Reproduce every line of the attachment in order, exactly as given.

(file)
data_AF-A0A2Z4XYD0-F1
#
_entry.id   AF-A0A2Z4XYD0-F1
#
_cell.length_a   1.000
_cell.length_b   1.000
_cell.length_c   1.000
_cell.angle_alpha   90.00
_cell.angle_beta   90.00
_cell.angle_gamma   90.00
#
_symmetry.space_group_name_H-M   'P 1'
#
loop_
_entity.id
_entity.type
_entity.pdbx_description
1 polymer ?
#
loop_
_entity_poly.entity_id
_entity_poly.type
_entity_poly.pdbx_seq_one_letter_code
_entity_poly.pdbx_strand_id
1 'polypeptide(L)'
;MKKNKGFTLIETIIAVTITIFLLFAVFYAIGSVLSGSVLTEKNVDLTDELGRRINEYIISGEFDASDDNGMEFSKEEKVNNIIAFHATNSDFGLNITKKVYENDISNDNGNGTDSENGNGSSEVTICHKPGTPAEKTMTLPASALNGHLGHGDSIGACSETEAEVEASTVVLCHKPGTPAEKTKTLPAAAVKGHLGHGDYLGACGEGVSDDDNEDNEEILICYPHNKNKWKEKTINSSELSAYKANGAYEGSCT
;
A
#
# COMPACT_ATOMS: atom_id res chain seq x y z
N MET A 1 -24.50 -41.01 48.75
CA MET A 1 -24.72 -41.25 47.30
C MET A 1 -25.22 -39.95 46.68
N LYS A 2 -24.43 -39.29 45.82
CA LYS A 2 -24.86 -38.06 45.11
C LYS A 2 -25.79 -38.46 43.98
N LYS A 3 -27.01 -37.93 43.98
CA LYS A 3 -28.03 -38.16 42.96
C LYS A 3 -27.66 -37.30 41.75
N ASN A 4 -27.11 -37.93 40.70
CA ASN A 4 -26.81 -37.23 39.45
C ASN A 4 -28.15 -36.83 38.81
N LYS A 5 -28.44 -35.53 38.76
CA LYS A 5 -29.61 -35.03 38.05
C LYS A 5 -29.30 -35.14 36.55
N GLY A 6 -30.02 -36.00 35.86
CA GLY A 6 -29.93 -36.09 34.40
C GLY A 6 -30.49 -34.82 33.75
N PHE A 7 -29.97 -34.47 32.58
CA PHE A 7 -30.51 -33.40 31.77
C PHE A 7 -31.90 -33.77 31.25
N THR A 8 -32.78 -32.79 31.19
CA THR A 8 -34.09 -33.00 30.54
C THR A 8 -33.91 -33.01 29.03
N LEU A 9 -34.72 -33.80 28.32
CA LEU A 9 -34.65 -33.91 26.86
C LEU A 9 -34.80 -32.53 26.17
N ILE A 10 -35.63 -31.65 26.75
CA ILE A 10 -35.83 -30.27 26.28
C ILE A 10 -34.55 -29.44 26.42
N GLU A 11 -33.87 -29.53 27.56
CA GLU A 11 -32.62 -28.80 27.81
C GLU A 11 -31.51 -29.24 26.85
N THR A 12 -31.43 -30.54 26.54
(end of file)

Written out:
data_AF-A0A2Z4XYD0-F1
#
_entry.id   AF-A0A2Z4XYD0-F1
#
_cell.length_a   1.000
_cell.length_b   1.000
_cell.length_c   1.000
_cell.angle_alpha   90.00
_cell.angle_beta   90.00
_cell.angle_gamma   90.00
#
_symmetry.space_group_name_H-M   'P 1'
#
loop_
_entity.id
_entity.type
_entity.pdbx_description
1 polymer ?
#
loop_
_entity_poly.entity_id
_entity_poly.type
_entity_poly.pdbx_seq_one_letter_code
_entity_poly.pdbx_strand_id
1 'polypeptide(L)'
;MKKNKGFTLIETIIAVTITIFLLFAVFYAIGSVLSGSVLTEKNVDLTDELGRRINEYIISGEFDASDDNGMEFSKEEKVNNIIAFHATNSDFGLNITKKVYENDISNDNGNGTDSENGNGSSEVTICHKPGTPAEKTMTLPASALNGHLGHGDSIGACSETEAEVEASTVVLCHKPGTPAEKTKTLPAAAVKGHLGHGDYLGACGEGVSDDDNEDNEEILICYPHNKNKWKEKTINSSELSAYKANGAYEGSCT
;
A
#
# COMPACT_ATOMS: atom_id res chain seq x y z
N MET A 1 -24.50 -41.01 48.75
CA MET A 1 -24.72 -41.25 47.30
C MET A 1 -25.22 -39.95 46.68
N LYS A 2 -24.43 -39.29 45.82
CA LYS A 2 -24.86 -38.06 45.11
C LYS A 2 -25.79 -38.46 43.98
N LYS A 3 -27.01 -37.93 43.98
CA LYS A 3 -28.03 -38.16 42.96
C LYS A 3 -27.66 -37.30 41.75
N ASN A 4 -27.11 -37.93 40.70
CA ASN A 4 -26.81 -37.23 39.45
C ASN A 4 -28.15 -36.83 38.81
N LYS A 5 -28.44 -35.53 38.76
CA LYS A 5 -29.61 -35.03 38.05
C LYS A 5 -29.30 -35.14 36.55
N GLY A 6 -30.02 -36.00 35.86
CA GLY A 6 -29.93 -36.09 34.40
C GLY A 6 -30.49 -34.82 33.75
N PHE A 7 -29.97 -34.47 32.58
CA PHE A 7 -30.51 -33.40 31.77
C PHE A 7 -31.90 -33.77 31.25
N THR A 8 -32.78 -32.79 31.19
CA THR A 8 -34.09 -33.00 30.54
C THR A 8 -33.91 -33.01 29.03
N LEU A 9 -34.72 -33.80 28.32
CA LEU A 9 -34.65 -33.91 26.86
C LEU A 9 -34.80 -32.53 26.17
N ILE A 10 -35.63 -31.65 26.75
CA ILE A 10 -35.83 -30.27 26.28
C ILE A 10 -34.55 -29.44 26.42
N GLU A 11 -33.87 -29.53 27.56
CA GLU A 11 -32.62 -28.80 27.81
C GLU A 11 -31.51 -29.24 26.85
N THR A 12 -31.43 -30.54 26.54